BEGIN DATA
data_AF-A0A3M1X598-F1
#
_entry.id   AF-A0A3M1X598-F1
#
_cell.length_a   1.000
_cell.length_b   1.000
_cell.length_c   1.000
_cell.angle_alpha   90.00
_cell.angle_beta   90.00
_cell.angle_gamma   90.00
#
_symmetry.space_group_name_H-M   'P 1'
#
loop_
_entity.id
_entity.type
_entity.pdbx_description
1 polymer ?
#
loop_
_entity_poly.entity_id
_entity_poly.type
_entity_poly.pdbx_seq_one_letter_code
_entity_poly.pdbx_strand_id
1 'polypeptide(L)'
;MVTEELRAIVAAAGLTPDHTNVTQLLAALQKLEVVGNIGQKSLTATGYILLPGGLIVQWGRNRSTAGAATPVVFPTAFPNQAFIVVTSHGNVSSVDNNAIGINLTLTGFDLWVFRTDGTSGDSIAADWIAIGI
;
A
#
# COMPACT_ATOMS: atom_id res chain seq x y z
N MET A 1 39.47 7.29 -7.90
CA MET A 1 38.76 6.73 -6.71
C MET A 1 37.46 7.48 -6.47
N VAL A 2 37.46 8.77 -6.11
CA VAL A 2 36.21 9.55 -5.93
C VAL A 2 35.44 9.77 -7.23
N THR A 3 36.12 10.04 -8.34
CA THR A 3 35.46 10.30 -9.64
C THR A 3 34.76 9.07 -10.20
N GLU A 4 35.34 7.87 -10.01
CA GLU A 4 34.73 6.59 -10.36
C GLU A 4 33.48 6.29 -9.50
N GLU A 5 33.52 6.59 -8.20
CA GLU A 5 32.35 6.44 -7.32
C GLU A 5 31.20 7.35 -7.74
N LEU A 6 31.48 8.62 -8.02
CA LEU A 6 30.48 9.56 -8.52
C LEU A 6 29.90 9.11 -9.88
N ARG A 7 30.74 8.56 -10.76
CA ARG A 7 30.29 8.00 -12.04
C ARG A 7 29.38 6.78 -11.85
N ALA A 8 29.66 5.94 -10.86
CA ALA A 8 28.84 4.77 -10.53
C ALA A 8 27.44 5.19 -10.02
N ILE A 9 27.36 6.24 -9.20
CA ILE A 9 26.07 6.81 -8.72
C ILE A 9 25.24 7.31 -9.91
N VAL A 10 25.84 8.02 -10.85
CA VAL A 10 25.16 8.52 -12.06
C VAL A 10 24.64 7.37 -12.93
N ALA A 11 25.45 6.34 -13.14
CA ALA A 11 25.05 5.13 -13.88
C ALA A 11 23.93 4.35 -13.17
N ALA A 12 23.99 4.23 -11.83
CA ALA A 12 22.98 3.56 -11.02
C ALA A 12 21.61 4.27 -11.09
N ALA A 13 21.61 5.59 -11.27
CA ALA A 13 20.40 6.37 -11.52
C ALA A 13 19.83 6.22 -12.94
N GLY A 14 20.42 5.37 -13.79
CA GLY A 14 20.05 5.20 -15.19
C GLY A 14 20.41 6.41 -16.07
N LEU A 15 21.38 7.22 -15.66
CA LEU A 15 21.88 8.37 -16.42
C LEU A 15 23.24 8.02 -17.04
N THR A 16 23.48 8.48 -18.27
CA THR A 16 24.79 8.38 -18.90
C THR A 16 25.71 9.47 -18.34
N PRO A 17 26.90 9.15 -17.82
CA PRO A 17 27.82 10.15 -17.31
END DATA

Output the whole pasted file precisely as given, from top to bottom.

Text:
data_AF-A0A3M1X598-F1
#
_entry.id   AF-A0A3M1X598-F1
#
_cell.length_a   1.000
_cell.length_b   1.000
_cell.length_c   1.000
_cell.angle_alpha   90.00
_cell.angle_beta   90.00
_cell.angle_gamma   90.00
#
_symmetry.space_group_name_H-M   'P 1'
#
loop_
_entity.id
_entity.type
_entity.pdbx_description
1 polymer ?
#
loop_
_entity_poly.entity_id
_entity_poly.type
_entity_poly.pdbx_seq_one_letter_code
_entity_poly.pdbx_strand_id
1 'polypeptide(L)'
;MVTEELRAIVAAAGLTPDHTNVTQLLAALQKLEVVGNIGQKSLTATGYILLPGGLIVQWGRNRSTAGAATPVVFPTAFPNQAFIVVTSHGNVSSVDNNAIGINLTLTGFDLWVFRTDGTSGDSIAADWIAIGI
;
A
#
# COMPACT_ATOMS: atom_id res chain seq x y z
N MET A 1 39.47 7.29 -7.90
CA MET A 1 38.76 6.73 -6.71
C MET A 1 37.46 7.48 -6.47
N VAL A 2 37.46 8.77 -6.11
CA VAL A 2 36.21 9.55 -5.93
C VAL A 2 35.44 9.77 -7.23
N THR A 3 36.12 10.04 -8.34
CA THR A 3 35.46 10.30 -9.64
C THR A 3 34.76 9.07 -10.20
N GLU A 4 35.34 7.87 -10.01
CA GLU A 4 34.73 6.59 -10.36
C GLU A 4 33.48 6.29 -9.50
N GLU A 5 33.52 6.59 -8.20
CA GLU A 5 32.35 6.44 -7.32
C GLU A 5 31.20 7.35 -7.74
N LEU A 6 31.48 8.62 -8.02
CA LEU A 6 30.48 9.56 -8.52
C LEU A 6 29.90 9.11 -9.88
N ARG A 7 30.74 8.56 -10.76
CA ARG A 7 30.29 8.00 -12.04
C ARG A 7 29.38 6.78 -11.85
N ALA A 8 29.66 5.94 -10.86
CA ALA A 8 28.84 4.77 -10.53
C ALA A 8 27.44 5.19 -10.02
N ILE A 9 27.36 6.24 -9.20
CA ILE A 9 26.07 6.81 -8.72
C ILE A 9 25.24 7.31 -9.91
N VAL A 10 25.84 8.02 -10.85
CA VAL A 10 25.16 8.52 -12.06
C VAL A 10 24.64 7.37 -12.93
N ALA A 11 25.45 6.34 -13.14
CA ALA A 11 25.05 5.13 -13.88
C ALA A 11 23.93 4.35 -13.17
N ALA A 12 23.99 4.23 -11.83
CA ALA A 12 22.98 3.56 -11.02
C ALA A 12 21.61 4.27 -11.09
N ALA A 13 21.61 5.59 -11.27
CA ALA A 13 20.40 6.37 -11.52
C ALA A 13 19.83 6.22 -12.94
N GLY A 14 20.42 5.37 -13.79
CA GLY A 14 20.05 5.20 -15.19
C GLY A 14 20.41 6.41 -16.07
N LEU A 15 21.38 7.22 -15.66
CA LEU A 15 21.88 8.37 -16.42
C LEU A 15 23.24 8.02 -17.04
N THR A 16 23.48 8.48 -18.27
CA THR A 16 24.79 8.38 -18.90
C THR A 16 25.71 9.47 -18.34
N PRO A 17 26.90 9.15 -17.82
CA PRO A 17 27.82 10.15 -17.31